Throughout the years, many researchers have studied the effects of cocoa on brain function, with their research suggesting that cocoa may reduce the risk of cognitive decline as people age. A new study published in the latest issue of Neurology adds to this research, finding that cocoa increases blood flow to the brain. Blood flow is an important aspect of cognitive thinking, according to ABC News.
During the study, 60 elderly adults were randomly assigned either two cups of flavanol-rich or two cups of flavanol-poor cocoa every day for a month. According to Forbes, “flavanols are a type of polyphenol-antioxidants found in foods like cocoa, tea, berries and wine.” When found in food, flavanols have been linked with improved heart and brain health. The researchers tested the participants’ memory and thinking skills before and after they drank cocoa for a month. Additionally, a type of ultrasound was administered to measure blood flow in the brain.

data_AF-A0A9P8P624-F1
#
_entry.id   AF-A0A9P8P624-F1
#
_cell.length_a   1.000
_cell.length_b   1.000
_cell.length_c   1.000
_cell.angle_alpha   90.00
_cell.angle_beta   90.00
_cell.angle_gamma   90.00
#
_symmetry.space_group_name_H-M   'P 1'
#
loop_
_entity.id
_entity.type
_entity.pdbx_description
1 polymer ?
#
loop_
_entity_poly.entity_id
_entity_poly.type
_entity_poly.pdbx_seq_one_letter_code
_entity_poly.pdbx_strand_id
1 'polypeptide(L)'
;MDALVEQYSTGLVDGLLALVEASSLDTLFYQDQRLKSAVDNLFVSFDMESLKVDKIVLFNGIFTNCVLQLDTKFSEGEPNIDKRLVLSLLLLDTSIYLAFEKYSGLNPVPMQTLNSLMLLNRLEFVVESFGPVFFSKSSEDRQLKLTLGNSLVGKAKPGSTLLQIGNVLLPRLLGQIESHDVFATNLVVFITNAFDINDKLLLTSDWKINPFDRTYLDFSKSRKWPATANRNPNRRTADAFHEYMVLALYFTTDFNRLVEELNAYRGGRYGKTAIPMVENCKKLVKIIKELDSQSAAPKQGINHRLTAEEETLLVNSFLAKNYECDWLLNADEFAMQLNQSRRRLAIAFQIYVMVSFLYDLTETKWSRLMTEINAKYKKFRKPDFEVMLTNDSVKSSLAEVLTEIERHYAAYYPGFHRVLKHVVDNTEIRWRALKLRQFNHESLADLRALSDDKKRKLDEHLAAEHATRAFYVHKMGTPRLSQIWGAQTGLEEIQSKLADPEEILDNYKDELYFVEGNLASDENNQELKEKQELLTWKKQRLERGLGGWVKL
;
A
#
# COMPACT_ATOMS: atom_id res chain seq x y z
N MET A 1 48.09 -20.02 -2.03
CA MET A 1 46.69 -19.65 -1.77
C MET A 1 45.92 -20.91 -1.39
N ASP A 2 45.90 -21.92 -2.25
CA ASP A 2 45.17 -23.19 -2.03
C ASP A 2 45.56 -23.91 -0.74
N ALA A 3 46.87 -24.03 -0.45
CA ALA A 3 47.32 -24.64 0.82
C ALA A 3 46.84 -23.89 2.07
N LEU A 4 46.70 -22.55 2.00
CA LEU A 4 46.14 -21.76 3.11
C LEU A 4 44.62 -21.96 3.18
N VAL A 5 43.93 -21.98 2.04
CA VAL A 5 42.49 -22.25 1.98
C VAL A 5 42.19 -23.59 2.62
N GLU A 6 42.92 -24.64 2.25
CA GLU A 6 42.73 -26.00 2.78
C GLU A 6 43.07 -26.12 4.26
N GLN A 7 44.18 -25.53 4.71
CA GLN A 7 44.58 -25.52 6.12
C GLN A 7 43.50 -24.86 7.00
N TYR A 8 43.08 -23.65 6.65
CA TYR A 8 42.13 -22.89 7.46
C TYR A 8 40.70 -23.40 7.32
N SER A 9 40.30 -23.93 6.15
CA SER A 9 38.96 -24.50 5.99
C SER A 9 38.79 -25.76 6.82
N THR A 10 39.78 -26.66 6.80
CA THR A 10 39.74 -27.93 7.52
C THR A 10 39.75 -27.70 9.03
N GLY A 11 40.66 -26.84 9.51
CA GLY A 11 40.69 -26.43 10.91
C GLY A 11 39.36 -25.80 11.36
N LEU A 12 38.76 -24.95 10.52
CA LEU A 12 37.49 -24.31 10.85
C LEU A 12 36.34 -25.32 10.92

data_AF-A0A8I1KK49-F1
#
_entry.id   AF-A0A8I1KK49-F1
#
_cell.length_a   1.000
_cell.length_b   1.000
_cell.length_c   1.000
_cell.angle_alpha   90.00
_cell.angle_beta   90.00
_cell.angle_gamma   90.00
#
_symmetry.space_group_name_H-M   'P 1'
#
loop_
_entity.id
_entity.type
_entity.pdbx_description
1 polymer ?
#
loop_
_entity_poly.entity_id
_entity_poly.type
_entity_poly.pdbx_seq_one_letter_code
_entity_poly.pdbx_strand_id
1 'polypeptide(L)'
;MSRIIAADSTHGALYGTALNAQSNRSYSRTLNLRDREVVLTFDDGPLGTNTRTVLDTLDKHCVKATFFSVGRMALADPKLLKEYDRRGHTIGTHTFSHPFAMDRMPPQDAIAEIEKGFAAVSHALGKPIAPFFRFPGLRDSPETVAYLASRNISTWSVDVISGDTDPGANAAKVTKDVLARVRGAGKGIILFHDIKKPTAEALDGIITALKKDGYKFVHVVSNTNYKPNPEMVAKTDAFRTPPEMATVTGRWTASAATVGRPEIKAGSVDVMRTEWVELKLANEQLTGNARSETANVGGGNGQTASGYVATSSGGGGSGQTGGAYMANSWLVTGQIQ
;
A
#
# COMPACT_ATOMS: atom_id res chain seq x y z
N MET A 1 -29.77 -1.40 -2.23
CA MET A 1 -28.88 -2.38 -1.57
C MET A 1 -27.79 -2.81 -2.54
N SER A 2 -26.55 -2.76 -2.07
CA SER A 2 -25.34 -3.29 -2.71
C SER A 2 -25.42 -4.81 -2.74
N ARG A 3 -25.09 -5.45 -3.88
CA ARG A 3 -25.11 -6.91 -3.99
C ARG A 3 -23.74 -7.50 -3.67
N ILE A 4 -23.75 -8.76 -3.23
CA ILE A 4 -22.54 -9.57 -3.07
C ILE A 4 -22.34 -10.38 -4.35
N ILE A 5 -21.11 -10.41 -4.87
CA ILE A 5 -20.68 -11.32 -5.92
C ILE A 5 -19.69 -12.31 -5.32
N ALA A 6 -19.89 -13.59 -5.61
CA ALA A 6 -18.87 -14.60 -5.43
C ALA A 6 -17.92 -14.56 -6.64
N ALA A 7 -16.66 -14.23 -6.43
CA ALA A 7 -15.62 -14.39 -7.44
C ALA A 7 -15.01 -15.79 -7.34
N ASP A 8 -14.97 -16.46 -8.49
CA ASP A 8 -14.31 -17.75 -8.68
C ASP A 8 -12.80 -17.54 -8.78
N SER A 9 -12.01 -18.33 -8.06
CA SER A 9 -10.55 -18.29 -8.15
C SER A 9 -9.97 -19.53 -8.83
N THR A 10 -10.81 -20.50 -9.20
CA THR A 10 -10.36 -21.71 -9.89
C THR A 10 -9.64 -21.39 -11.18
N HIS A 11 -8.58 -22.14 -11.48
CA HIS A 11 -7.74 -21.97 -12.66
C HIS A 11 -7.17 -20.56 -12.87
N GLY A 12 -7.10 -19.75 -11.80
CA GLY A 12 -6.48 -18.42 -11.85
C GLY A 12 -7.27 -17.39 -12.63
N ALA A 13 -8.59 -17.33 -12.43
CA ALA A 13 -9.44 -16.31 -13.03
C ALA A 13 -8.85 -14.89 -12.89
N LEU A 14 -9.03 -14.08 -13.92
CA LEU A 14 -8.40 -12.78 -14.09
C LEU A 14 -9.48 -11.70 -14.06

The researchers found that there were no differences in cognitive abilities with high and low-flavanol groups. On the other hand, those who had limited blood flow to the brain and white matter damage showed a difference after drinking cocoa for a month. The researchers saw an improvement of blood flow of about 8 percent. The participants with limited blood flow also completed a working memory test 51 seconds faster on average.
In spite of the study that supports earlier research on the positive effects cocoa may have on improving blood flow to the brain, the researchers say it is unknown which compound in cocoa is responsible for the increased blood flow. It is also unknown exactly how cocoa can do this. The researchers say that, in the future, “regular cocoa consumption may be a strategy to minimize (perhaps even reverse) cerebral vascular pathology in neurodegenerative disorders, regardless of its flavanol content.”